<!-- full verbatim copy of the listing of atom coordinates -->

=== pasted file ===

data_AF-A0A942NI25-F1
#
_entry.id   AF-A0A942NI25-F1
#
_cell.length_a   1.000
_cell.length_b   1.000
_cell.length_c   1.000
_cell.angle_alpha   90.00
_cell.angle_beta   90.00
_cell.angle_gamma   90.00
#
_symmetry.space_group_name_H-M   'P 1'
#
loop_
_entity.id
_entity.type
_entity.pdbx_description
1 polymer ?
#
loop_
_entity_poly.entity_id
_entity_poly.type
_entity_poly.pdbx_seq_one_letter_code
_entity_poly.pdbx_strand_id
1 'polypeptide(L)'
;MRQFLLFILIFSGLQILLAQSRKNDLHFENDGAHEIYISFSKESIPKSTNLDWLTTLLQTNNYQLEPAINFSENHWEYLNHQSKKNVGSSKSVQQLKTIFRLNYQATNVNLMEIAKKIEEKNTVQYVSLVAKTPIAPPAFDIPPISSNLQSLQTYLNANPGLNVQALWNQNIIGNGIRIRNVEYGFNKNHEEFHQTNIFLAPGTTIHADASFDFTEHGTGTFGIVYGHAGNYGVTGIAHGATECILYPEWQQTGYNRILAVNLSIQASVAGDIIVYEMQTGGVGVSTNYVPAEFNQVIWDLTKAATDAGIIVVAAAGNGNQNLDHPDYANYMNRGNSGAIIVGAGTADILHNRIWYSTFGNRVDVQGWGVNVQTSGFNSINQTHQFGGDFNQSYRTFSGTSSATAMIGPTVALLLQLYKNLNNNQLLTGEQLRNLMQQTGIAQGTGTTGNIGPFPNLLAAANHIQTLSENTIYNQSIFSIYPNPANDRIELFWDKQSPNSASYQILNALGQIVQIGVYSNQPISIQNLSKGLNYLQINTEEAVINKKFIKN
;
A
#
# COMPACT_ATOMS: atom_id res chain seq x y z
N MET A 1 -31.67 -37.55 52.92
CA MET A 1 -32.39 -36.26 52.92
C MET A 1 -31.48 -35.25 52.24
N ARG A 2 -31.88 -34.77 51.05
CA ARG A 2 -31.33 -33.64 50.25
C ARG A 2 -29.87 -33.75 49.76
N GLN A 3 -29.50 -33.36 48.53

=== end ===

data_AF-A0A942NI25-F1
#
_entry.id   AF-A0A942NI25-F1
#
_cell.length_a   1.000
_cell.length_b   1.000
_cell.length_c   1.000
_cell.angle_alpha   90.00
_cell.angle_beta   90.00
_cell.angle_gamma   90.00
#
_symmetry.space_group_name_H-M   'P 1'
#
loop_
_entity.id
_entity.type
_entity.pdbx_description
1 polymer ?
#
loop_
_entity_poly.entity_id
_entity_poly.type
_entity_poly.pdbx_seq_one_letter_code
_entity_poly.pdbx_strand_id
1 'polypeptide(L)'
;MRQFLLFILIFSGLQILLAQSRKNDLHFENDGAHEIYISFSKESIPKSTNLDWLTTLLQTNNYQLEPAINFSENHWEYLNHQSKKNVGSSKSVQQLKTIFRLNYQATNVNLMEIAKKIEEKNTVQYVSLVAKTPIAPPAFDIPPISSNLQSLQTYLNANPGLNVQALWNQNIIGNGIRIRNVEYGFNKNHEEFHQTNIFLAPGTTIHADASFDFTEHGTGTFGIVYGHAGNYGVTGIAHGATECILYPEWQQTGYNRILAVNLSIQASVAGDIIVYEMQTGGVGVSTNYVPAEFNQVIWDLTKAATDAGIIVVAAAGNGNQNLDHPDYANYMNRGNSGAIIVGAGTADILHNRIWYSTFGNRVDVQGWGVNVQTSGFNSINQTHQFGGDFNQSYRTFSGTSSATAMIGPTVALLLQLYKNLNNNQLLTGEQLRNLMQQTGIAQGTGTTGNIGPFPNLLAAANHIQTLSENTIYNQSIFSIYPNPANDRIELFWDKQSPNSASYQILNALGQIVQIGVYSNQPISIQNLSKGLNYLQINTEEAVINKKFIKN
;
A
#
# COMPACT_ATOMS: atom_id res chain seq x y z
N MET A 1 -31.67 -37.55 52.92
CA MET A 1 -32.39 -36.26 52.92
C MET A 1 -31.48 -35.25 52.24
N ARG A 2 -31.88 -34.77 51.05
CA ARG A 2 -31.33 -33.64 50.25
C ARG A 2 -29.87 -33.75 49.76
N GLN A 3 -29.50 -33.36 48.53